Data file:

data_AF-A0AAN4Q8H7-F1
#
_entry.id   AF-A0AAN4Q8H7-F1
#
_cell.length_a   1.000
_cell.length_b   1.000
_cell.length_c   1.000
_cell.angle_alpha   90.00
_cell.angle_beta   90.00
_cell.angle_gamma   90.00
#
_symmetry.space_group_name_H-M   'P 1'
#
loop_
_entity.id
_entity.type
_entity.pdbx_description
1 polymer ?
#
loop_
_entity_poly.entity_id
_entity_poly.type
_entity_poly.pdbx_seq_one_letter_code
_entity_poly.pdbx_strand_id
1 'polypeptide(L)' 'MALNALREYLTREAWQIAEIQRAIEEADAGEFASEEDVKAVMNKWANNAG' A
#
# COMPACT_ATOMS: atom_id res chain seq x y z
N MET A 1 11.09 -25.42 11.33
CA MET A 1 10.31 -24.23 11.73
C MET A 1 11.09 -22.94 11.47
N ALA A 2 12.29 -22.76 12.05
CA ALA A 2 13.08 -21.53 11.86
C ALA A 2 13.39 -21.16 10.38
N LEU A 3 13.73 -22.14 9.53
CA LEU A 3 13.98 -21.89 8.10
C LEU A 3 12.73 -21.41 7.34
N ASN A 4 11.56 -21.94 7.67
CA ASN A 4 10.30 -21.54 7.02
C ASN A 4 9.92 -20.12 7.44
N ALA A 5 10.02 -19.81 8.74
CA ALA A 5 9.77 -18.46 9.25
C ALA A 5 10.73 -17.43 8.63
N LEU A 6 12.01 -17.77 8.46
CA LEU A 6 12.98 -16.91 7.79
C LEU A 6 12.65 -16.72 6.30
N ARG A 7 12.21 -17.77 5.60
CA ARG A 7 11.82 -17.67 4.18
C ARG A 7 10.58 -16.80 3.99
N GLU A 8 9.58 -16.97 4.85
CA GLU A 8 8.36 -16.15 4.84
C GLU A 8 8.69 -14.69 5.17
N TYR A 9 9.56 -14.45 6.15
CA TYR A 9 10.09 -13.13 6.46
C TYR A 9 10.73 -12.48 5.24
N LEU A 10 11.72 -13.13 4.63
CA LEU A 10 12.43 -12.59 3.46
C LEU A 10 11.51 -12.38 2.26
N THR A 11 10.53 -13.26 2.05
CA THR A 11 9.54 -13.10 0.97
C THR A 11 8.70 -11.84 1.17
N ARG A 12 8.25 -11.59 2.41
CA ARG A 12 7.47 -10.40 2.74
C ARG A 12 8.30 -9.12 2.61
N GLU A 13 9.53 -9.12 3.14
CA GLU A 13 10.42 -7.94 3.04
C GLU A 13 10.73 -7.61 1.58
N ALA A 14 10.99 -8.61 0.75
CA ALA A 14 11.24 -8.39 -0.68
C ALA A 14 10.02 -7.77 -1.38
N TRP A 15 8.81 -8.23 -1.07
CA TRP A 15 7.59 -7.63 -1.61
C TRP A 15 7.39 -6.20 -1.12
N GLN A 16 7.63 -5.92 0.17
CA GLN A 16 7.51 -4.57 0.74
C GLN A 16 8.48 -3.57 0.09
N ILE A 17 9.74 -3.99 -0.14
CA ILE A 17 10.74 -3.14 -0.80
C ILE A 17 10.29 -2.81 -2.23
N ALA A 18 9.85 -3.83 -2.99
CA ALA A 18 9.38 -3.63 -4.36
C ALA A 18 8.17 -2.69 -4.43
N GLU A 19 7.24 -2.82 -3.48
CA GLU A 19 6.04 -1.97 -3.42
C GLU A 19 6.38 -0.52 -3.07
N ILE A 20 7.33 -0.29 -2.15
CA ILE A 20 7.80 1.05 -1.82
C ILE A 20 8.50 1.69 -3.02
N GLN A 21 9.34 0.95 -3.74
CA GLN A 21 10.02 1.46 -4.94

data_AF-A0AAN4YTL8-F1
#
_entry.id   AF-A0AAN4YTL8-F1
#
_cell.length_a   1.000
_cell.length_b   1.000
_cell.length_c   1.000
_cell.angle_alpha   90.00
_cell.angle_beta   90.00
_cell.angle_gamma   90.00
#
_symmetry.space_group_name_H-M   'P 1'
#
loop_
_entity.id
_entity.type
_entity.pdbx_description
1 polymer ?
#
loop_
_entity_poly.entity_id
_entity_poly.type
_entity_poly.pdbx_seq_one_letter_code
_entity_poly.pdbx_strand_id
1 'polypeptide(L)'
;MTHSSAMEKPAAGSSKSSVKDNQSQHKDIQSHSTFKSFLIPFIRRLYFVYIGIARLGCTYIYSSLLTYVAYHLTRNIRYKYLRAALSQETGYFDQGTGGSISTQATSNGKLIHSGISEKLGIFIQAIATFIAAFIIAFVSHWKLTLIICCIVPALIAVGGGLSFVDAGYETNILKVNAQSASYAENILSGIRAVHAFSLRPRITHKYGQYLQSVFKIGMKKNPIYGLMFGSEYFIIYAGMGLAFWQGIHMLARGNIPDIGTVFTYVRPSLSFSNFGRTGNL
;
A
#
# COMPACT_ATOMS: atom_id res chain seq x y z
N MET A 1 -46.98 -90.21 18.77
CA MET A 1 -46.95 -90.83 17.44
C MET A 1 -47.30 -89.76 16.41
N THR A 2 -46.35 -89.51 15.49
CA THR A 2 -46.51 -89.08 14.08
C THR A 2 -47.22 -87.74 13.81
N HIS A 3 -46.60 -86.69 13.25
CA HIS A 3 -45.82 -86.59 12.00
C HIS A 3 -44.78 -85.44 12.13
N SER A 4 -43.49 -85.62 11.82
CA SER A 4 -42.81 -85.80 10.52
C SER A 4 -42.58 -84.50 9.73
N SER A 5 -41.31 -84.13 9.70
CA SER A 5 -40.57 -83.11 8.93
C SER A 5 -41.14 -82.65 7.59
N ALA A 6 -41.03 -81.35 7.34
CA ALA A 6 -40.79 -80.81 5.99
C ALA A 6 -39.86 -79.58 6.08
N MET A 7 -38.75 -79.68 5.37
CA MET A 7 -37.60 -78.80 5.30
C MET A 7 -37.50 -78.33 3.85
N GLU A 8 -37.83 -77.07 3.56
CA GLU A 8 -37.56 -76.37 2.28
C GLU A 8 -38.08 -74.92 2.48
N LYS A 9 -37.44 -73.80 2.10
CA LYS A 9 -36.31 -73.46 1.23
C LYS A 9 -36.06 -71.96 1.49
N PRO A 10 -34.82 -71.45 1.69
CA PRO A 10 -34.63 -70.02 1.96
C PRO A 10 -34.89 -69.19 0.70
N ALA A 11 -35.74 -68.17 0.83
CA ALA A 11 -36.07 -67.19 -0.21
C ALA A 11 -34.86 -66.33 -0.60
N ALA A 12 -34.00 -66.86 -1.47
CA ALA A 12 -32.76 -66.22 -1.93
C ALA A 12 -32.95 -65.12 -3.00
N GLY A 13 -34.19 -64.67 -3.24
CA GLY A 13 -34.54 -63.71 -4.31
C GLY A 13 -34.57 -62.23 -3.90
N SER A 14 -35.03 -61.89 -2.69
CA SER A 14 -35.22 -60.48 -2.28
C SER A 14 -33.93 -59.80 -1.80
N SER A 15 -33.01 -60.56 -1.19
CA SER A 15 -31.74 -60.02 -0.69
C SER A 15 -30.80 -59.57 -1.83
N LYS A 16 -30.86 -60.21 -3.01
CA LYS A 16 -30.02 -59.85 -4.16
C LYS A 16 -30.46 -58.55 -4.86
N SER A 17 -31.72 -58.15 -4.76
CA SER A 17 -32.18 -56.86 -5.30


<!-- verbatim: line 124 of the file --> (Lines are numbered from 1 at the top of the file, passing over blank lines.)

CA THR A 2 -46.51 -89.08 14.08